But Ayi, a Banda Aceh resident who lives in the same neighbourhood as one of the gay men, said caning was another form of violence.

"We had 30 years of conflict. But now we have this," she told Fairfax Media.

Source: The Sydney Morning Herald, Jewel Topsfield, Karuni Rompies, May 23, 2017

Indonesian authorities publicly released the results of HIV tests forced on 14 gay men

An anti-LGBTQI Indonesian police raid last month led to the detention and forced HIV testing of 14 men
Human Rights Watch have released a statement denouncing the treatment of the men, stating that the police continue to violate the rights and privacy of LGBTQI people in Indonesia.

An anti-LGBTQI Indonesian police raid last month led to the detention and forced HIV testing of 14 men, and human rights activists say the laws and actions of police violate the rights and privacy of LGBTQIA people.

Police were reportedly tipped off by neighbours, and carried out a midnight raid on a private party of 14 gay men, who were in two hotel rooms in Surabaya. Police detained the entire group, and confiscated condoms, mobile phones, and a flash drive that allegedly contained homosexual pornographic videos.

The next day, police informed media that all 14 men were made to undergo testing for sexually transmitted infections (STIs), and five had tested HIV positive.

Police also told media that eight of the men were detained on Law on Pornography charges, and two of the men are being charged with organising the 'sex party' event and providing pornography.

Indonesia's Law on Pornography specifically prohibits sexual parties, and the usage and distribution of homosexual pornography. Homosexual sex is included under the umbrella term "deviant sexual acts", which also covers sex with corpses, sex with animals, oral sex, and anal sex.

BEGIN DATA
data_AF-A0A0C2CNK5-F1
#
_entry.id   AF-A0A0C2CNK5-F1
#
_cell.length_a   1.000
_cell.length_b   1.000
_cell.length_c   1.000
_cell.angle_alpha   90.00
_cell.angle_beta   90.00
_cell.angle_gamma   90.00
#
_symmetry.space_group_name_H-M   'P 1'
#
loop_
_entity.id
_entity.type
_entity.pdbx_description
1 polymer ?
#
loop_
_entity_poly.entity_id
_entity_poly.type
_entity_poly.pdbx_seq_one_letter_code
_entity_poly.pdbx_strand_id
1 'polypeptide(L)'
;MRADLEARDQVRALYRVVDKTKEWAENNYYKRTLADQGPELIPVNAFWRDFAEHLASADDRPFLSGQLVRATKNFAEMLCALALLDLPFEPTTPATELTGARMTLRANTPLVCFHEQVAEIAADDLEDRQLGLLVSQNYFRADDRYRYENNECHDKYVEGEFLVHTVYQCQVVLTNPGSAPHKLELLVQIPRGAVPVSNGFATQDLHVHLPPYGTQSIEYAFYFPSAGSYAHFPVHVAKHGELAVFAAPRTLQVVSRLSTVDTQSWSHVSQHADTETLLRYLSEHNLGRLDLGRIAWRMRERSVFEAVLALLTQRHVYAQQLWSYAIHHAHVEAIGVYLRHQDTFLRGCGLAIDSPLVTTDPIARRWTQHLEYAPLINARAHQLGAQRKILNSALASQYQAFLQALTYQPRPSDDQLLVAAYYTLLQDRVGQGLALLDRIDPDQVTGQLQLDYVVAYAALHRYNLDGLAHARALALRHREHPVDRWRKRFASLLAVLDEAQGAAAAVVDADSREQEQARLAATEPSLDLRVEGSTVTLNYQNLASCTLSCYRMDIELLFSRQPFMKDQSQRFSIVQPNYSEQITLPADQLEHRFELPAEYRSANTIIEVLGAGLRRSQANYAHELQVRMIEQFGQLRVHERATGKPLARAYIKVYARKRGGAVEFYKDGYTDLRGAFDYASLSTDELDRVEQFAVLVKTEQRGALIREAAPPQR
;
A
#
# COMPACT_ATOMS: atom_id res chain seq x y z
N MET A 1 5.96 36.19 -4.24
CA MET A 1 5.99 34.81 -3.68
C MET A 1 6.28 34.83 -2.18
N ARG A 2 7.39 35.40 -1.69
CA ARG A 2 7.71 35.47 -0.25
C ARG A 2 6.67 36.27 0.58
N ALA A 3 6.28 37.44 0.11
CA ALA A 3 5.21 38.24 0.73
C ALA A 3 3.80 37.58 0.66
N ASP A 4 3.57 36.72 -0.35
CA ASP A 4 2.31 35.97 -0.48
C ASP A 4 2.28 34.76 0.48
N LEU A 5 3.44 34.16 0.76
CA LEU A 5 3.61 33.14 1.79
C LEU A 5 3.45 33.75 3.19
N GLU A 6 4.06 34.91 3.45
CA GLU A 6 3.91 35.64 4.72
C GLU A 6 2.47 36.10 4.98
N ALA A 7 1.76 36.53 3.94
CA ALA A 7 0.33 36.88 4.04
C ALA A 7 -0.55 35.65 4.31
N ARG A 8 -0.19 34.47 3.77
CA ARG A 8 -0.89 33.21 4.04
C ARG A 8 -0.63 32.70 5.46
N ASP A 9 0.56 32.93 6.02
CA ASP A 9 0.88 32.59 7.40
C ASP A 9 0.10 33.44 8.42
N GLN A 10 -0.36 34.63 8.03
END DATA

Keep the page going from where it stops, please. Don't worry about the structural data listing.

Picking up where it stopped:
Human Rights Watch (HRW) have released a statement denouncing the treatment of the men, and stating that the police continue to violate the rights and privacy of LGBTQI people in Indonesia.

Phelim Line, deputy Asia director of HRW, said in a statement, "Indonesian police are again violating the basic rights of LGBT people by invading their privacy. The Surabaya raid subjected these gay men to traumatic humiliation, puts two at risk of long prison terms, and threatens the privacy rights of all Indonesians."

HRW's story on the matter says that forced HIV testing goes against the ethical and human rights principles of privacy, autonomy and informed consent, as well as the World Health Organisation's guidelines on consent for HIV testing: "Mandatory, compulsory or coercive HIV testing is never appropriate."

The raid in Surabaya comes in the wake of major anti-LGBTQI sentiment from government officials and politicians throughout 2016, which led to growing harassment and violence against LGBTQI Indonesians. Despite President Joko "Jokowi" Widodo defending Indonesia's LGBTQI people in October last year, this latest raid shows that authorities continue to target the community.

Last month, police in the Aceh province - which upholds sharia law - arrested two men for having consensual sex in the privacy of their own home. They now face a public flogging sentence, which violates international prohibitions against torture. The United Nations Human Rights Council's International Convenant on Civil and Political Rights (ICCPR) states that "it is undisputed that adult consensual sexual activity in private is covered by the concept of ‘privacy'."

Late in 2016, Indonesia also moved to block Grindr and a number of other gay dating apps.